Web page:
A page I'm working on has seemingly random anchor tags showing up all over the place, which is causing significant formatting issues. Those tags are showing up in Chrome DevTools but not the page source, which suggests that they were added via jQuery.

How can I track down where those mysterious tags are coming from? The page has a ton of jQuery files in use, both first- and third-party, so it's difficult to trace.

I've tried commenting out entire JS files, and I've also tried putting breakpoints before the issue manifests itself, but it hasn't amounted to anything yet. I'm hoping there's a more sophisticated way of going about it.

  • He no longer works for the company. Additionally, I'm looking for general debugging tips for cases like this, not an answer to this specific problem. I'm hoping to use those debugging tips to figure this out on my own. – jacobsowles Jan 26 '17 at 17:08
  • Is this page otherwise sensibly-designed, or is it a maintenance trap? Might be better just to rework it. – Robert Harvey Jan 26 '17 at 17:12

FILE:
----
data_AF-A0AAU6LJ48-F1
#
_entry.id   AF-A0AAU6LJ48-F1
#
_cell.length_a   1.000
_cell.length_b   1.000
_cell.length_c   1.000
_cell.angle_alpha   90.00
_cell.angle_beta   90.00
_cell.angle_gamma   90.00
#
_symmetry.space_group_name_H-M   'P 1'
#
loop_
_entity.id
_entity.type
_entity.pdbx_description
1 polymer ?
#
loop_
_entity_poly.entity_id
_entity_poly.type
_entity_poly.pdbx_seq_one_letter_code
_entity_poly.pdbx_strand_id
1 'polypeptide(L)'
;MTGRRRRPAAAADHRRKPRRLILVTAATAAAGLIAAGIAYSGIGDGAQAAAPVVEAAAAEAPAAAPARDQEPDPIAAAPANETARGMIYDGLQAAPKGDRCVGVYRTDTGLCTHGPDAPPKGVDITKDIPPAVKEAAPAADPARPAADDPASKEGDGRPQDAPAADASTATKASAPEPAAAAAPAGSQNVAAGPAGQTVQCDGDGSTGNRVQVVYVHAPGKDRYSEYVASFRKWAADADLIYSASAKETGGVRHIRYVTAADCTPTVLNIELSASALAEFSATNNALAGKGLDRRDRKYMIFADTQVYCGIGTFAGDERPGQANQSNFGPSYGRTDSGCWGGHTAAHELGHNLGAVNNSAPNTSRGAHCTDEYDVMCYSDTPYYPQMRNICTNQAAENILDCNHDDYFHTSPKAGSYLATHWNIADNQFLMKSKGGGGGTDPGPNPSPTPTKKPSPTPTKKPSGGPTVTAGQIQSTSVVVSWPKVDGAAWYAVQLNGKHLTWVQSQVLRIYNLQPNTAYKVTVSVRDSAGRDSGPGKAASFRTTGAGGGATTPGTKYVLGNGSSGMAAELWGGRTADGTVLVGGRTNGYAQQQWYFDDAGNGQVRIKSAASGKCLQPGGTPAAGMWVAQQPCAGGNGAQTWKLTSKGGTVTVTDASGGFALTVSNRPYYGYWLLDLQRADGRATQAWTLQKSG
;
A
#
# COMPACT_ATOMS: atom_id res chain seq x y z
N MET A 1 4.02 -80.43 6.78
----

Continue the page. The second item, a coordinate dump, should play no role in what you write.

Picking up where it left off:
• It's a couple days before launch, so reworking is not an option. – jacobsowles Jan 26 '17 at 17:27
  • Ah. Given the short time frame, might it be easiest just to use jQuery to remove the anchor tags, and then fix the problem the right way after the launch? – Robert Harvey Jan 26 '17 at 17:33

Setting DOM breakpoints is perfect for this issue.


I can right-click on any parent element, then select Break On Subtree Modifications. Then, any time that element or any of its children change (add, remove, or update), it'll show me which line of JavaScript caused the change.

One problem I had with this was that the breakpoint kept going away after I refreshed the page. To circumvent this, I set a JavaScript breakpoint before any DOM elements rendered, refreshed the page, then added the DOM breakpoint. From that point, I could just keep hitting "Continue" in the debugger until the mystery DOM element rendered. This process is discussed in greater detail here:


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